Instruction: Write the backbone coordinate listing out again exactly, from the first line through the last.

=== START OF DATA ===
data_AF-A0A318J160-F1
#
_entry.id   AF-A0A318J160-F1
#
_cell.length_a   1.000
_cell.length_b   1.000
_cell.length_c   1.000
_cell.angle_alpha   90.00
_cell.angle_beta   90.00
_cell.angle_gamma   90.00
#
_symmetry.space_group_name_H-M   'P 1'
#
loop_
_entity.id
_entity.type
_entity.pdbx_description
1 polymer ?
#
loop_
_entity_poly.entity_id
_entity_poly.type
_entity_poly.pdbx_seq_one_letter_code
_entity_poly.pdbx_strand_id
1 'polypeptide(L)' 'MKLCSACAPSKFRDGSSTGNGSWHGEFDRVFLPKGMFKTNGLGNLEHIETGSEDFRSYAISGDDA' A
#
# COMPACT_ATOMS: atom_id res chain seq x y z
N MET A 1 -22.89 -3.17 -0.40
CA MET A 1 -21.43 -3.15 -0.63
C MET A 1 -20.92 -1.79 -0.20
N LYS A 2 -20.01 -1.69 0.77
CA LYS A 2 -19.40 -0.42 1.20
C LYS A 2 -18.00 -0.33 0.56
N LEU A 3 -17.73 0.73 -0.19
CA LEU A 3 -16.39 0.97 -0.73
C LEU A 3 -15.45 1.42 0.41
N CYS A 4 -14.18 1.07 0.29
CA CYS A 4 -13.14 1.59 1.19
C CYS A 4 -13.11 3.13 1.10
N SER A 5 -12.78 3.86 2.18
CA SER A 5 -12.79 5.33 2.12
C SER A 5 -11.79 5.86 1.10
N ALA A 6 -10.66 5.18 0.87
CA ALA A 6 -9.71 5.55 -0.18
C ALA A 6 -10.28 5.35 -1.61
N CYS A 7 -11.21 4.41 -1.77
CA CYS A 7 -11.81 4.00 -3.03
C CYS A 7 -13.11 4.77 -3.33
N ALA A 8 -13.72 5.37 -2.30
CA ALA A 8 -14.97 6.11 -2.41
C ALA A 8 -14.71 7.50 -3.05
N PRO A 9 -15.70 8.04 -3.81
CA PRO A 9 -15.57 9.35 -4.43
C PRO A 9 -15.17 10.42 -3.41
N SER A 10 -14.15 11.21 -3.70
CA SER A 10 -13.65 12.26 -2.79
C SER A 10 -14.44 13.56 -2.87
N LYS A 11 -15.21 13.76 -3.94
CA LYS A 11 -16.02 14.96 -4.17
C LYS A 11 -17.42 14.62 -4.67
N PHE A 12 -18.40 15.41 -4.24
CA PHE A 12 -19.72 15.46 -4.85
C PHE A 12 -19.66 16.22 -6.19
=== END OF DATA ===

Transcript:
data_AF-A0A318J160-F1
#
_entry.id   AF-A0A318J160-F1
#
_cell.length_a   1.000
_cell.length_b   1.000
_cell.length_c   1.000
_cell.angle_alpha   90.00
_cell.angle_beta   90.00
_cell.angle_gamma   90.00
#
_symmetry.space_group_name_H-M   'P 1'
#
loop_
_entity.id
_entity.type
_entity.pdbx_description
1 polymer ?
#
loop_
_entity_poly.entity_id
_entity_poly.type
_entity_poly.pdbx_seq_one_letter_code
_entity_poly.pdbx_strand_id
1 'polypeptide(L)' 'MKLCSACAPSKFRDGSSTGNGSWHGEFDRVFLPKGMFKTNGLGNLEHIETGSEDFRSYAISGDDA' A
#
# COMPACT_ATOMS: atom_id res chain seq x y z
N MET A 1 -22.89 -3.17 -0.40
CA MET A 1 -21.43 -3.15 -0.63
C MET A 1 -20.92 -1.79 -0.20
N LYS A 2 -20.01 -1.69 0.77
CA LYS A 2 -19.40 -0.42 1.20
C LYS A 2 -18.00 -0.33 0.56
N LEU A 3 -17.73 0.73 -0.19
CA LEU A 3 -16.39 0.97 -0.73
C LEU A 3 -15.45 1.42 0.41
N CYS A 4 -14.18 1.07 0.29
CA CYS A 4 -13.14 1.59 1.19
C CYS A 4 -13.11 3.13 1.10
N SER A 5 -12.78 3.86 2.18
CA SER A 5 -12.79 5.33 2.12
C SER A 5 -11.79 5.86 1.10
N ALA A 6 -10.66 5.18 0.87
CA ALA A 6 -9.71 5.55 -0.18
C ALA A 6 -10.28 5.35 -1.61
N CYS A 7 -11.21 4.41 -1.77
CA CYS A 7 -11.81 4.00 -3.03
C CYS A 7 -13.11 4.77 -3.33
N ALA A 8 -13.72 5.37 -2.30
CA ALA A 8 -14.97 6.11 -2.41
C ALA A 8 -14.71 7.50 -3.05
N PRO A 9 -15.70 8.04 -3.81
CA PRO A 9 -15.57 9.35 -4.43
C PRO A 9 -15.17 10.42 -3.41
N SER A 10 -14.15 11.21 -3.70
CA SER A 10 -13.65 12.26 -2.79
C SER A 10 -14.44 13.56 -2.87
N LYS A 11 -15.21 13.76 -3.94
CA LYS A 11 -16.02 14.96 -4.17
C LYS A 11 -17.42 14.62 -4.67
N PHE A 12 -18.40 15.41 -4.24
CA PHE A 12 -19.72 15.46 -4.85
C PHE A 12 -19.66 16.22 -6.19